Norman (Kodi Smit-McPhee) is an outcast who harbours a unique ability: he can talk to the dead. The trouble is, no one besides his unusual friend Neil (Tucker Albrizzi) believes his claims. That is, however, until his alienated – and quite frankly bonkers – uncle, Mr Prenderghast (John Goodman), burdens him with the task of saving Blithe Hollow’s inhabitants from an age-old witch’s curse and the threat of being overrun by the undead. Norman, with the aid of some unlikely companions, must overcome his own struggles and do what he can to save himself and his fellow townspeople.
At its heart, ParaNorman is a tale of a lonely child who must use his unique powers in order to save those responsible for making him feel excluded and dishonest his entire life. Chris Butler’s screenplay cleverly infuses this surprisingly deep moral foundation with elements of creepy horror, distinctive pop culture references (such influential horror directors as John Carpenter and Alfred Hitchcock are all accredited in their own unique ways) and non-stop uproarious entertainment (car chases are particular highlights) to ensure the tone and overall vibe are both appropriate to children and adult audiences alike.
What’s most striking, though, is that even with all these elements mingling together, the ingenuity of the underlying message remains intact from start to finish. Butler’s perfectly balanced writing style plays a part in this, but it’s mostly noticeable due to the way in which Norman himself is presented as such an honest and likeable character, whose journey mirrors the one experienced by so many that everyone will likely feel a more amplified connection towards him and the lengths he has to reach to achieve a level of appreciation that should be administered effortlessly.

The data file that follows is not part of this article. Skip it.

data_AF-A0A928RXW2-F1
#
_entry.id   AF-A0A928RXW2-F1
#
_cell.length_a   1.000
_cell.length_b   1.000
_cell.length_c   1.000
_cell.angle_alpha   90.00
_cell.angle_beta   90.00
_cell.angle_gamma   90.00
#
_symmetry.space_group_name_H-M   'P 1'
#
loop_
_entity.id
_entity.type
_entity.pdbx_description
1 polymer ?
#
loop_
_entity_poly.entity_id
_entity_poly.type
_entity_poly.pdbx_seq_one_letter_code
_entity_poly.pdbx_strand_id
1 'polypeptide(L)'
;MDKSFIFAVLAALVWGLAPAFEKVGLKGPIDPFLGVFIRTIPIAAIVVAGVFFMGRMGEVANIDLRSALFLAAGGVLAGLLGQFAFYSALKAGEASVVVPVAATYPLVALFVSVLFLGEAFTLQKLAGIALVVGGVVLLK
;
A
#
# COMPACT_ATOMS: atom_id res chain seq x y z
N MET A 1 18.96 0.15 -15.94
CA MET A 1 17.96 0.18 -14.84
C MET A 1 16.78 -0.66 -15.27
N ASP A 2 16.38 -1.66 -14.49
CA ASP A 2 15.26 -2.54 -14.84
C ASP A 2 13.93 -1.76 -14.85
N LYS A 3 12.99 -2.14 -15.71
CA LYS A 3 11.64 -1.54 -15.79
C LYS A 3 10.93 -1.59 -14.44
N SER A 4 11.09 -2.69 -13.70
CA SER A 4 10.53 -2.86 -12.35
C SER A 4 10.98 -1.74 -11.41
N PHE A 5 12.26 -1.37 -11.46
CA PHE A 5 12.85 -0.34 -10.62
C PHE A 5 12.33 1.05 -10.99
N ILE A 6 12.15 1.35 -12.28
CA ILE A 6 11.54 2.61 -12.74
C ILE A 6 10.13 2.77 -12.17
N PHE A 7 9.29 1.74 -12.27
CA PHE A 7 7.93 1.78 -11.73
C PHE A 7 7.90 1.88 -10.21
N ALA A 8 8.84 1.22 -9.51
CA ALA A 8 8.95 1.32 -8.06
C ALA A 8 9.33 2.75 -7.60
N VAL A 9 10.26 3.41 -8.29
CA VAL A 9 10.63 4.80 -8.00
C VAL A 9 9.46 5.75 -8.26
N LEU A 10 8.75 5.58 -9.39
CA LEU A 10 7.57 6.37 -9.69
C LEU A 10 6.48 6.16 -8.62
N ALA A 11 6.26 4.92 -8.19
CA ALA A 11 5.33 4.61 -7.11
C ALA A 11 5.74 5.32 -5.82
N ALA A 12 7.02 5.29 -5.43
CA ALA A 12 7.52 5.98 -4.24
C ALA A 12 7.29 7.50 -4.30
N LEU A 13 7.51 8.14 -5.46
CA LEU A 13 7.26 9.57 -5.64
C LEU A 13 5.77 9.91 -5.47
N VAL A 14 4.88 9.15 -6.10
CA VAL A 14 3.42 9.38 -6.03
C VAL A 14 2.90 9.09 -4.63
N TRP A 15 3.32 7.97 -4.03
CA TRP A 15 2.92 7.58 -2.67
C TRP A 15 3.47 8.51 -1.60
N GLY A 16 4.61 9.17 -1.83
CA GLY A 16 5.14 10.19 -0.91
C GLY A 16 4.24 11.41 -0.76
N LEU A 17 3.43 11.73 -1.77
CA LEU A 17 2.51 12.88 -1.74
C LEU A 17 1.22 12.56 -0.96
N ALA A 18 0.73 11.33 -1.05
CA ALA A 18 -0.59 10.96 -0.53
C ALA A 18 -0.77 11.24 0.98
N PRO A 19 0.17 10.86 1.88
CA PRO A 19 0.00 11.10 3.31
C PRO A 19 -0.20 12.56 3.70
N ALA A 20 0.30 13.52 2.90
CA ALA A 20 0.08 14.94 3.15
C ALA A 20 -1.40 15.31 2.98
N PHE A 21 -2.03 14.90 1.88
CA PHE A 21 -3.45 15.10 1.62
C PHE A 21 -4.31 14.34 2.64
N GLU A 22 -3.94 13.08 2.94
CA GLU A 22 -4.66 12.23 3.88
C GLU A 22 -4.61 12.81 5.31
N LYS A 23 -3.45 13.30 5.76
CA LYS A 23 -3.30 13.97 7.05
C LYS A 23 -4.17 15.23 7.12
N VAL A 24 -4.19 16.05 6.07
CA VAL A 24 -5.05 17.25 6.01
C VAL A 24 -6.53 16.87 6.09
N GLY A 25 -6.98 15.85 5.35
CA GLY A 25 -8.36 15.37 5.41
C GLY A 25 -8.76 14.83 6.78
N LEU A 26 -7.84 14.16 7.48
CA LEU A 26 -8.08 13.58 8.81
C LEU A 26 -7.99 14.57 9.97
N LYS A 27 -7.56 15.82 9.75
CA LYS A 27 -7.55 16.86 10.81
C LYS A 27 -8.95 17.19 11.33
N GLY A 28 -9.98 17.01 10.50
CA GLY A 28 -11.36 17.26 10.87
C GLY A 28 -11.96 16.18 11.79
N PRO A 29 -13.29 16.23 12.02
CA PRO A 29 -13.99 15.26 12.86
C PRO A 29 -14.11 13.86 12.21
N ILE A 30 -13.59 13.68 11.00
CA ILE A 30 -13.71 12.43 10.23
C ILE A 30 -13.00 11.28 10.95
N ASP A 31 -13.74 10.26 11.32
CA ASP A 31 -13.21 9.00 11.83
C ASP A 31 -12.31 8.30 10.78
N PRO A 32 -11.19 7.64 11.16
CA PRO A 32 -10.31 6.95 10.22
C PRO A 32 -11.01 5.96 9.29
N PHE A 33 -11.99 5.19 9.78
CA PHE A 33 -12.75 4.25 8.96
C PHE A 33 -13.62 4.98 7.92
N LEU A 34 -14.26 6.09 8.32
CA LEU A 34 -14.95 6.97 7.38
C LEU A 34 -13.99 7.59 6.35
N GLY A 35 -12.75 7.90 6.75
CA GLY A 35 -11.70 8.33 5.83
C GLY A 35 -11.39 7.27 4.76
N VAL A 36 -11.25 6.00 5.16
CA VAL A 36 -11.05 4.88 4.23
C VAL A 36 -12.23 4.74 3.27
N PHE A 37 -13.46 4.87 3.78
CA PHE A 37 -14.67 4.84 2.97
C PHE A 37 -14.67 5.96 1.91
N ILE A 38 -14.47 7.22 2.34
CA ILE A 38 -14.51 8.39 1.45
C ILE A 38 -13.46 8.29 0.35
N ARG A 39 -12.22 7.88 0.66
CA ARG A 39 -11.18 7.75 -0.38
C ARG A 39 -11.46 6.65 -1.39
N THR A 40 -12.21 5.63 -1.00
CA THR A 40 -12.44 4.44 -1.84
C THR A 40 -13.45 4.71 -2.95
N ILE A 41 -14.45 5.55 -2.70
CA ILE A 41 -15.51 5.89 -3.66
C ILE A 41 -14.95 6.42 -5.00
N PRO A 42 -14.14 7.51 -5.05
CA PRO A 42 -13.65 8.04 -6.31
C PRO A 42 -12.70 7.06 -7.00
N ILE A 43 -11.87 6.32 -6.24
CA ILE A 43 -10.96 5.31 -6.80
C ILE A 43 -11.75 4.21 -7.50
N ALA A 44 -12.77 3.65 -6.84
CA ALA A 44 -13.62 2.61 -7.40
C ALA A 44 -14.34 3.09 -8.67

It’s this undeterred, yet compassionate level of attention to detail adopted and cultivated by directors Butler and Sam Fell that benefits ParaNorman the most. It’s not only represented within the screenplay, but also in the animation. The distinctive stop-motion style, along with Tristan Oliver’s cinematography and Nelson Lowry’s sharp-cut and realistic designs, awards Blithe Hollow with an authenticity that not only helps convey the curse which looms over the town in a way that’s comfortable, but also accentuates the difficulty Norman has in fitting in.
The sheer imagination and enthusiasm felt by the directors towards creating an experience that’s so rich in ideas and connotation, yet light and bubbly in nature, runs riot throughout ParaNorman and is witnessed through the abundant visual gags, snappy dialogue and blink-and-you’ll-miss-them tidbits, implanted specifically for those older viewers. It’s perhaps the work of the voice actors (Albrizzi, Goodman and Anna Kendrick as Norman’s arrogant and self-centred sister Courtney, in particular), however, that gives the film its outstanding individualism and inescapably buoyant charm.